To Mulch or Not to Mulch: What is best for my pecan tree?
Weed competition often results in poor growth or even the death of young pecan trees. Bermudagrass and Johnsongrass are especially severe competitors, but numerous other grasses and weeds can result in very poor tree growth. Pecan trees will make the best growth in the first few years after planting if a circle, 6 feet in diameter around the tree, is kept weed-free with glyphosate herbicide, hand cultivation or mulch. Chemical weed killers (herbicides) should be used with caution and in complete accordance with label directions. Organic or inorganic mulches are the more sensible choice for residential landscapes but can be used in commercial pecan orchards as well.
Let’s begin with some basics about mulches. The practice of mulching pecan trees isn’t a unique concept developed by modern society. We’re actually borrowing it from Mother Nature. Think of native pecan trees growing in their natural environment along the numerous tributaries in Oklahoma, Louisiana, or Texas. Trees growing in a natural forest environment have their roots anchored in rich, well-aerated soil full of essential nutrients and soil microorganisms. Nature produces a natural, continuous mulch consisting of fallen leaves, dead grass, twigs, pieces of bark, catkins, shucks, and other organic material. This blanket of organic material replenishes nutrients and provides an optimal environment for root growth and mineral uptake. Mulching can be an important management practice to maintain healthy trees in your landscape or orchard. This is especially true for newly planted trees. Research has shown that the growth rate and tree health is improved when competition for water and nutrients by weeds is minimized.
Mulches are used primarily to increase water infiltration, reduce evaporation, modify soil temperatures, control weeds, and increase crop yields. They also increase the biological activities in the soil, modify the level of available nutrients, and help to maintain or increase the level of soil organic matter. Under the conditions of no-tillage or minimum tillage of fine-textured soils, there is also likely to be a favorable effect on the physical conditions in the soil.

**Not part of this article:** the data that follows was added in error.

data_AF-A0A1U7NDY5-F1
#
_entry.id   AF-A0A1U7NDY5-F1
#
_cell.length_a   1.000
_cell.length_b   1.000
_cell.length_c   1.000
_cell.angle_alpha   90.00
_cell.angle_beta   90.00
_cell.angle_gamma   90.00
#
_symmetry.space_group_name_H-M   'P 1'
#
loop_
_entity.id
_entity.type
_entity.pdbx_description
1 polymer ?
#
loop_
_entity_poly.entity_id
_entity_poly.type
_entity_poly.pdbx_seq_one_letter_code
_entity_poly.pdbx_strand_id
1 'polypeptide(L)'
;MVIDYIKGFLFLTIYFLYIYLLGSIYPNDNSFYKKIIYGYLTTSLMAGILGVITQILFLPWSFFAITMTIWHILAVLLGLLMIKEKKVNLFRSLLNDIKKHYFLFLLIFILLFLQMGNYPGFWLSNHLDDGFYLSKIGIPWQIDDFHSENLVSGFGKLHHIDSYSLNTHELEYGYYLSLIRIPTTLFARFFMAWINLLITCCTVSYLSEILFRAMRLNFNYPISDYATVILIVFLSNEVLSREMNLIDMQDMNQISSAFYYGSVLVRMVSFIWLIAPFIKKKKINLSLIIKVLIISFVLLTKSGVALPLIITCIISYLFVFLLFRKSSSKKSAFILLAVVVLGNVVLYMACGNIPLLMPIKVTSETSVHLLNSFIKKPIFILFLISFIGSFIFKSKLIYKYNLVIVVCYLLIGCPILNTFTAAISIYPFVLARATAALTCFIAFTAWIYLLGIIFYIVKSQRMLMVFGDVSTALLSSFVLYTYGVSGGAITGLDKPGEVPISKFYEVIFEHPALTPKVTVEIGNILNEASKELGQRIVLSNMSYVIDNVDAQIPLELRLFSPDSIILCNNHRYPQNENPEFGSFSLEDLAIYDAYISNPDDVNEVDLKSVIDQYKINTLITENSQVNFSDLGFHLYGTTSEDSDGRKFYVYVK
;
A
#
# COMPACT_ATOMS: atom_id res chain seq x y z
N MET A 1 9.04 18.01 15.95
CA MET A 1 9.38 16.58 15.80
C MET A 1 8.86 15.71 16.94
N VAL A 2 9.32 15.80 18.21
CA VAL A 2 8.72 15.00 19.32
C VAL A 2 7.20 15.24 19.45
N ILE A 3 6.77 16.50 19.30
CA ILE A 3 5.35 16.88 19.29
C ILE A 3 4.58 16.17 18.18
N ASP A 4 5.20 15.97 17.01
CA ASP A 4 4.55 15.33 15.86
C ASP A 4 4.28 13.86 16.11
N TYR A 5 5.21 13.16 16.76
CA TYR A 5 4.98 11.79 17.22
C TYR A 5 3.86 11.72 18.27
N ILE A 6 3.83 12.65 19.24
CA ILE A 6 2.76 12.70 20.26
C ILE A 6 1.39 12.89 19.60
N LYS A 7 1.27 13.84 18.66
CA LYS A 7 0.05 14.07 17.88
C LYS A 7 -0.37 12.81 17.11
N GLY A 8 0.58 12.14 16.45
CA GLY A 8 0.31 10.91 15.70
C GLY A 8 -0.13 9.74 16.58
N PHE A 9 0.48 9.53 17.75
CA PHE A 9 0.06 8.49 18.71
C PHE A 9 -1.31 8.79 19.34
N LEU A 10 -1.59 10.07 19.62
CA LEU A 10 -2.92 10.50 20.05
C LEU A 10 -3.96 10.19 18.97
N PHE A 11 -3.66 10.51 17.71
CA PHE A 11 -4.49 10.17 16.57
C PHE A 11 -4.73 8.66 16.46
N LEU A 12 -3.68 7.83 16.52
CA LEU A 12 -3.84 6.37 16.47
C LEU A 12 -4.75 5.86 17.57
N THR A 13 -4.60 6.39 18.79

Mulch Characteristics to Consider
What makes good mulch? Several factors should be considered when choosing mulch:
Texture. Particle size does make a difference in how a mulch performs. Medium-textured mulch generally works best. Fine particles tend to pack down and retain moisture, which can evaporate before reaching plant roots. Coarse-textured materials may be too porous to hold adequate amounts of water, allowing excessive soil drying.
Nutrient value. Mulches will differ in their nutrient content and how quickly they decompose. For example, wood chips will degrade more slowly and contain fewer nutrients than manure. So, over a six-month period, it will release fewer nutrients than manure but control weeds better. All organic mulches contain some of the macronutrients necessary for plant growth including nitrogen, phosphorus, potassium, calcium, and magnesium. Additionally, they also contain most micronutrients. All organic mulches will ultimately decompose to humus. Humus is an organic component of soil that forms when leaves and other plant materials decompose, providing slow release nutrients essential for plant growth. The humus will improve the bulk density of the soil allowing better retention of added moisture and nutrients.